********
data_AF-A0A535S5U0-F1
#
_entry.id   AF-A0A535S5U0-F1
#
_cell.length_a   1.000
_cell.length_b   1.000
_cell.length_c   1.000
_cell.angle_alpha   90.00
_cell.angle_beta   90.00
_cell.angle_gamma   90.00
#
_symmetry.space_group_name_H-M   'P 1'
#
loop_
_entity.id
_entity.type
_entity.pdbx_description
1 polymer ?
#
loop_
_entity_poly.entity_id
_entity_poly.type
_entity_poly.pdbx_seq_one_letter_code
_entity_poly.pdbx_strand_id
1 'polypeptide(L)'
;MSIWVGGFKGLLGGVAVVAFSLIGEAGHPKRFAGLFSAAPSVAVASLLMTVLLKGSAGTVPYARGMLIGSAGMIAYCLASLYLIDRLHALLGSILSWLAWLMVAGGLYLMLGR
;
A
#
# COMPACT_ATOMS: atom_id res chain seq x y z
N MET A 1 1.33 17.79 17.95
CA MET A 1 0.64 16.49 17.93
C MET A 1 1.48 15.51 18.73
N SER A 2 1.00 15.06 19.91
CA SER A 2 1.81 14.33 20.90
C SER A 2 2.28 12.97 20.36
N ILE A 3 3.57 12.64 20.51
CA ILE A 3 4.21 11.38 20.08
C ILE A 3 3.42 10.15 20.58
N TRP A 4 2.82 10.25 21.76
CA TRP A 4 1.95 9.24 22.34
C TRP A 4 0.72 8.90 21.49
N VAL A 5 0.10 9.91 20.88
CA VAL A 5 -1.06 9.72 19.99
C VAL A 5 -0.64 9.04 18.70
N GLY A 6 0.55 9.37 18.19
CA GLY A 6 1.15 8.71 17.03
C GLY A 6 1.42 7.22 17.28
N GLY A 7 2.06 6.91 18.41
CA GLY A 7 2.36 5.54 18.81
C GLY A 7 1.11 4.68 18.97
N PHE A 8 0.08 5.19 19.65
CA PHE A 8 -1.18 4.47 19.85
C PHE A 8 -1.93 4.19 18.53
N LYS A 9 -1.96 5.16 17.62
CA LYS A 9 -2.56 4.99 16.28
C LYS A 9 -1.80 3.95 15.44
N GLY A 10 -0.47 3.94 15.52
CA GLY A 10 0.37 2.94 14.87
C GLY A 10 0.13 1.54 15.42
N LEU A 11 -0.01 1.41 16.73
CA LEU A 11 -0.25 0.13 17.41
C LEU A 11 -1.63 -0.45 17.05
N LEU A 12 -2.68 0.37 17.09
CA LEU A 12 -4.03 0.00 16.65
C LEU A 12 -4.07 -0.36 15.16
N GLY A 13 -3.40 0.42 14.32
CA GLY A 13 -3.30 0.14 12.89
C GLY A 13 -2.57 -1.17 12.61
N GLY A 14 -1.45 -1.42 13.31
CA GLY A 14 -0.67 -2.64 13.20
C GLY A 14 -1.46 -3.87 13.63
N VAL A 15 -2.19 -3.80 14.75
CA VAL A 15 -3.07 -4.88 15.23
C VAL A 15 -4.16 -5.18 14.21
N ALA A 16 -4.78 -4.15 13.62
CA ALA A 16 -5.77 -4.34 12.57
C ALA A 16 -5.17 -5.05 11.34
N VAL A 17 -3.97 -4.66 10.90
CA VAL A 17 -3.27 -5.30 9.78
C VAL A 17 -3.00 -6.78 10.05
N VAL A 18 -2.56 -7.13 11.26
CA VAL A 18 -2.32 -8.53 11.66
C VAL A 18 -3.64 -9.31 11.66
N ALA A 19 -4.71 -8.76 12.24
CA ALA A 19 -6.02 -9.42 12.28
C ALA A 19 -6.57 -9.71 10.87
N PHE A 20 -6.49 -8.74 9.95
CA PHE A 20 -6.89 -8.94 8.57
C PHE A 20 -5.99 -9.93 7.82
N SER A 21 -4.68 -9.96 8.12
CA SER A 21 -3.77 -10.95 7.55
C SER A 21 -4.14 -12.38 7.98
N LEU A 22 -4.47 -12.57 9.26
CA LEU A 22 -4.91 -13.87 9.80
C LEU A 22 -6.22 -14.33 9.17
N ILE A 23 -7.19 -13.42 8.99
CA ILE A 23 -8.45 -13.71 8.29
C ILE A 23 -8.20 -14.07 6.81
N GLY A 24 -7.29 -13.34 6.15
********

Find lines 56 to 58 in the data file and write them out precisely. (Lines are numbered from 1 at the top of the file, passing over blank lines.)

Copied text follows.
CA LYS A 9 -2.56 4.99 16.28
C LYS A 9 -1.80 3.95 15.44
N GLY A 10 -0.47 3.94 15.52